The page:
Like sands through the hourglass, so flow the nights of the MLS is Back Tournament. Just one matchnight remains in the Round of 16. With the San Jose Earthquakes and LAFC advancing with emphatic wins on Monday night, here are a few observations on how they did it.
The Pelado Experience
I’ve come to eagerly anticipate Quakes coach Matias “Pelado” Almeyda’s press conferences at this event. He’s a deeply compelling and charismatic figure, and his media availabilities give us outsiders brief windows into the methods and mentality by which he inspires his players to absorb his idiosyncratic tactical system, then run their guts out implementing it every night.
"There are a lot of things outside of soccer that in our group are fundamental. We don’t only coach soccer players but we appreciate the human value that each of them has. And we try to keep unity, conviction and dialogue."https://t.co/kAGdURpRBf— Charles Boehm (@cboehm) July 28, 2020
The Quakes beat Real Salt Lake by doing what they do nearly every time out; they go absolutely full-throttle for most of the 90 minutes and force you to keep pace or outsmart them on the fly. And even when you land a haymaker square to the face, they shake it off and go again, because their leader has instilled a deep confidence in both the ideas and the people on board.
Mere seconds after San Jose opened the scoring on Monday, RSL caught them cold to equalize. For some teams this can be a crushing turn of events; for Pelado, it’s just the way things go.
“No, it’s part of the game. There are 11 players on the other side as well,” said the Argentine. “In the way I see soccer, most goals come from your own errors or the virtues of the players, whether it’s for or against you. We always work on correcting mistakes, but even more gratifying is knowing that the players don’t change their attitude or commitment, and they stick to the system no matter the result or any errors that are committed. That’s called unity. That’s called conviction. And it’s called accepting that somebody can make a mistake.”
Wouldn’t you want to play for this guy? I sure would.
LAFC are so much more than just Vela
Monday marked the third anniversary of Bob Bradley’s hiring by LAFC, and his team commemorated it in the most appropriate way imaginable: by blowing the doors off their Western Conference peers from Seattle to take a measure of revenge for the Sounders’ upset win in last year’s Audi MLS Cup Playoffs.
It was a 4-1 win that could’ve been 8-1, and it showcased many of the things – save, perhaps, Carlos Vela and the 3252 – that makes the Los Angeles Football Club worthy of that grandiose moniker. Bradley has turned out to be Almeyda-like in the intensity of his commitment to his particular soccer philosophy, even when doing so cost his team important games, and here we could see the payoff for that fidelity.
It’s easy to take potshots at projects like Bradley’s by pointing out the substantial resources made available to him, but at this point we can safely discard the talking point about Vela’s virtuosity enabling LAFC to be LAFC. This is a team powered by ideas as much as individuals.
Diego Rossi has been The Guy for the Black & Gold in Florida, and he – like so many others on that roster – has improved and diversified his skill set under the influence of Bradley and his staff.
“Diego has been a really good player every year, but he's grown, he's improved. He's worked really hard on his finishing, his ability to take balls on the move, to make runs through the defense. He's relentless,” said Bradley postgame. “And I think all of us just feel good about how he's continued to develop.”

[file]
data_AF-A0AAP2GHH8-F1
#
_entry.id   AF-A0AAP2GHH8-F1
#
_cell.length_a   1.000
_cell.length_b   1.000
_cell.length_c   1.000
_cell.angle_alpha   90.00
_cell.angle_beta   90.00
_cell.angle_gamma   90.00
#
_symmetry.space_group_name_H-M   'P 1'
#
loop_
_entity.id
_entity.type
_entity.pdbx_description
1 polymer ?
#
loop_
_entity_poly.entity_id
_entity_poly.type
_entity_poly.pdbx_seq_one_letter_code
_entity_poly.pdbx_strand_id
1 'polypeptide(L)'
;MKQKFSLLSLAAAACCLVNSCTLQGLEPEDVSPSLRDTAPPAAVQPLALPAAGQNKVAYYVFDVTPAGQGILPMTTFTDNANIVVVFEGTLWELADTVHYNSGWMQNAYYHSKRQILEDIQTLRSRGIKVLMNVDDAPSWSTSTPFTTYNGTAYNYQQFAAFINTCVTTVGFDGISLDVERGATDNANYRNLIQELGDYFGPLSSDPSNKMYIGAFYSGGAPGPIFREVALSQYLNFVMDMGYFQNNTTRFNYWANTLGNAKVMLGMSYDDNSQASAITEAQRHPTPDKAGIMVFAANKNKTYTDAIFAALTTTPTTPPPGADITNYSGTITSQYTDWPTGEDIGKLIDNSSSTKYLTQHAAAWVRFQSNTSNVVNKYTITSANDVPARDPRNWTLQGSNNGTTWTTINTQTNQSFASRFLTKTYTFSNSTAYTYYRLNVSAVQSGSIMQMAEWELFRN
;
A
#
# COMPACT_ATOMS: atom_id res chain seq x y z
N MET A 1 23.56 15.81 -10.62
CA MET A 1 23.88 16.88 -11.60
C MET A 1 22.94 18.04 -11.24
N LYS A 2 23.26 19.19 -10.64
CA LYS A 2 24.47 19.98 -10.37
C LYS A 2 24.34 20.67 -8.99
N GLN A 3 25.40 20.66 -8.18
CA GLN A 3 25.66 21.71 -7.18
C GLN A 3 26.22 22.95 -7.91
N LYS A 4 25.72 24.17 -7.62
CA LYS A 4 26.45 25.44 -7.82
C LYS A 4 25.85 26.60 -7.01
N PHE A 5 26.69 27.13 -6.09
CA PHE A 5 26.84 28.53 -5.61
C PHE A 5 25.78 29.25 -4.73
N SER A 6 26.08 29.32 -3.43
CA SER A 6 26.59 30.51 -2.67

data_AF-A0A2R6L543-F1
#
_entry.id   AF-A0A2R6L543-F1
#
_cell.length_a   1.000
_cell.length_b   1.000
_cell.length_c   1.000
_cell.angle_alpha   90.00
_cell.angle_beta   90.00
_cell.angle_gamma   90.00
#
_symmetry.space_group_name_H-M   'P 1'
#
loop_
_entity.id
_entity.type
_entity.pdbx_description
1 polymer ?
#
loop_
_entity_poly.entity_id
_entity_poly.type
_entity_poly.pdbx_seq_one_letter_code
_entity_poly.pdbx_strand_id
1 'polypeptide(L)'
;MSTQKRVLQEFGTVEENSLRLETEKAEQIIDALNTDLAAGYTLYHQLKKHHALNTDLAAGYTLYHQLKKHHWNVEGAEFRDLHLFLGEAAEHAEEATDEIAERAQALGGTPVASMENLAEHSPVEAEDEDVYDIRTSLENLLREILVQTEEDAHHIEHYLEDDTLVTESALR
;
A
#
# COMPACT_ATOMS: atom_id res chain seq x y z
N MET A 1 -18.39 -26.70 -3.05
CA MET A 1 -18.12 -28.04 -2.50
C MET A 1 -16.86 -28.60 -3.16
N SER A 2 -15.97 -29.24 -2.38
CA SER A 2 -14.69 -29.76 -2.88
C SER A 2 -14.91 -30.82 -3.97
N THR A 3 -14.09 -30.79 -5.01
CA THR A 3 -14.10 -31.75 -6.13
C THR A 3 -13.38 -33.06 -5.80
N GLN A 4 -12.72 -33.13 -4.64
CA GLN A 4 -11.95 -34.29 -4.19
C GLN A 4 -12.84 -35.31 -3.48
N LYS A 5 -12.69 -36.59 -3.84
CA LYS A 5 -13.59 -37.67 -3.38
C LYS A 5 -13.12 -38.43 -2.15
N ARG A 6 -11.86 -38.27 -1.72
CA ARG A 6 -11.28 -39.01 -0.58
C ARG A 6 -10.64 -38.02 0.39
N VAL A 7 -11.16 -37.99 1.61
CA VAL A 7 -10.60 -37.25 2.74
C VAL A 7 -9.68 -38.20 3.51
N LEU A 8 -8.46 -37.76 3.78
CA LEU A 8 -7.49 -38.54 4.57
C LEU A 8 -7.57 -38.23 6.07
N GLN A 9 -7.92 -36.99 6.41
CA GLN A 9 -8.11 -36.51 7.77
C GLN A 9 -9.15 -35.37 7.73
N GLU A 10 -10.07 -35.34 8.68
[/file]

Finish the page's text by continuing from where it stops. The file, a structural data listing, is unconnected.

Back to the drawing board
Every team wants to have a clear identity that it and the outside world can recognize and appreciate. As discussed above, San Jose and LAFC have reached that point and then some, while their opponents on Monday found out that they’re maybe not as far along in that process as they’d hoped.
RSL and the defending champion Sounders came out to play, ready to stand toe-to-toe and do what they do better than their adversaries do at what they do. And they suffered the consequences, because their own strengths got lost in the wash, and their errors magnified, as they struggled to keep pace with what the night’s eventual victors do so well.
At first blush it may seem ludicrous to say that Seattle, a model club with two MLS Cup titles in the past four years, are lacking in this department. But listen to goalkeeper Stefan Frei on LAFC:
“They have a clear way of how they want to play and how they want to force turnovers and how they want to get their goals,” he said. “We just weren’t able to adjust and figure out what their weaknesses are of their style of play, and made some errors defensively and offensively. Obviously four goals is a lot and all of them pretty crappy. And you’re not going to win games like that.
“We’ll have to go home, regroup and search for a bit more of an identity on our own part – how we want to combat strong teams like we faced tonight.”
RSL boss Freddy Juarez (press conference video above) hit some of the same themes as he admitted how difficult Almeyda’s system is to play against.
“They’re a good team. Sometimes they get the ball and they’re moving all over the place and we had to adjust a little bit in bringing our winger to help press,” he said. “This team you cannot play on the back [foot], you’ve got take it to them and scrap for everything … this is a game that’s tough to get possession in because it’s so fast and if you’re not crisp, you turn over the ball a little bit more.”
The teams that know who they are and what they’re best at are the ones thriving at MLS is Back.